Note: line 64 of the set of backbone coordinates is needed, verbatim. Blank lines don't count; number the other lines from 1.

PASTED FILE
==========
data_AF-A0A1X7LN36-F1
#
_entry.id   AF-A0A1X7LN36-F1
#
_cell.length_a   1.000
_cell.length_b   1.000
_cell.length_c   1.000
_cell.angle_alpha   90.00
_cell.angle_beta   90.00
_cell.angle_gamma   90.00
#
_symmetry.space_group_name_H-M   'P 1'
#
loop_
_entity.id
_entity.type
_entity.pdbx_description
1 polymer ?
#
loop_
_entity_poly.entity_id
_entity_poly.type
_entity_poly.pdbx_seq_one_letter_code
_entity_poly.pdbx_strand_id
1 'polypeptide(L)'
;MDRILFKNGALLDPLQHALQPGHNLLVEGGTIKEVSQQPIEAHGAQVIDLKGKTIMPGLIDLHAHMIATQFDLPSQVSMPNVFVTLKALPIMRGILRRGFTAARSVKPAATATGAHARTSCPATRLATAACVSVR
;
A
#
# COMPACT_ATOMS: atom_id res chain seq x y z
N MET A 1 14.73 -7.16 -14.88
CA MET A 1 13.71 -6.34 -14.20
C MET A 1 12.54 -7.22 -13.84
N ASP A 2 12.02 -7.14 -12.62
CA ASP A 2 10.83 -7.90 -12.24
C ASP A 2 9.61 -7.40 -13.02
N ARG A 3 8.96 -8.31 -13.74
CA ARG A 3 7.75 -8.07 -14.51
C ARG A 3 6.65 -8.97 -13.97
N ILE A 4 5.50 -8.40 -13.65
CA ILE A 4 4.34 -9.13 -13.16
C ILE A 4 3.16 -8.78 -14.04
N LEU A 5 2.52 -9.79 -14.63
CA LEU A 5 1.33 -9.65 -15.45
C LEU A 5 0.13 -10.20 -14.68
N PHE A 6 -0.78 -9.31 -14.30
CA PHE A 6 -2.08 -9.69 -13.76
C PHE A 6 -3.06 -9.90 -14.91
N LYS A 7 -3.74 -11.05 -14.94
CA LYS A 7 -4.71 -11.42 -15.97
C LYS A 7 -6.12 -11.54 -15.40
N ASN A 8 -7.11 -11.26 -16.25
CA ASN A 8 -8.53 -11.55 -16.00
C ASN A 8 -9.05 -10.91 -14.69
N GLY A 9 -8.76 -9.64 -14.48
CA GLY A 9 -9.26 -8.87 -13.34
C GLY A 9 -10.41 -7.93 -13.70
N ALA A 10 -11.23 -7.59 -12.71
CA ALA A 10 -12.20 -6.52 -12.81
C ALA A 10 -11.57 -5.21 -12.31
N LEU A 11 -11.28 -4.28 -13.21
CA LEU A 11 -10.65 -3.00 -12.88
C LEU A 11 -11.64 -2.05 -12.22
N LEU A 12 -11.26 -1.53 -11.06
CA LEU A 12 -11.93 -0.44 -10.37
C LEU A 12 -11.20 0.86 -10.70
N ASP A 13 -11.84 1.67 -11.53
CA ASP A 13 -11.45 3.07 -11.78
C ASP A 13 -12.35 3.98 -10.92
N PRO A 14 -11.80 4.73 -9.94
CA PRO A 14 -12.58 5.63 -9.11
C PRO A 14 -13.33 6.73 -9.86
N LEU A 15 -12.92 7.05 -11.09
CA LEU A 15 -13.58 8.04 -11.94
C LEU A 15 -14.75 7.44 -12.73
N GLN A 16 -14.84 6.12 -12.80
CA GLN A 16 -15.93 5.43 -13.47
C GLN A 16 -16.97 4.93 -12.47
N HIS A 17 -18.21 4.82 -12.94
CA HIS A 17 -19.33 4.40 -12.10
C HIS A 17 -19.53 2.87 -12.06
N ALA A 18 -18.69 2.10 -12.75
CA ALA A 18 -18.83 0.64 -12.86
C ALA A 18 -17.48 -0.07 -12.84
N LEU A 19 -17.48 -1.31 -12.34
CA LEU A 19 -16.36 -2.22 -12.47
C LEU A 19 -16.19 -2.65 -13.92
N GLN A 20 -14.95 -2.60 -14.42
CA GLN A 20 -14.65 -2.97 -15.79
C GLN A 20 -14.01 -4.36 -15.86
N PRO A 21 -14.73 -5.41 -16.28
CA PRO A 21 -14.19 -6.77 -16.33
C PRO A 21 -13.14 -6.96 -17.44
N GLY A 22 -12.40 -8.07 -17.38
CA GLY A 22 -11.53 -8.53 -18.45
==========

N LEU A 12 -11.26 -1.53 -11.06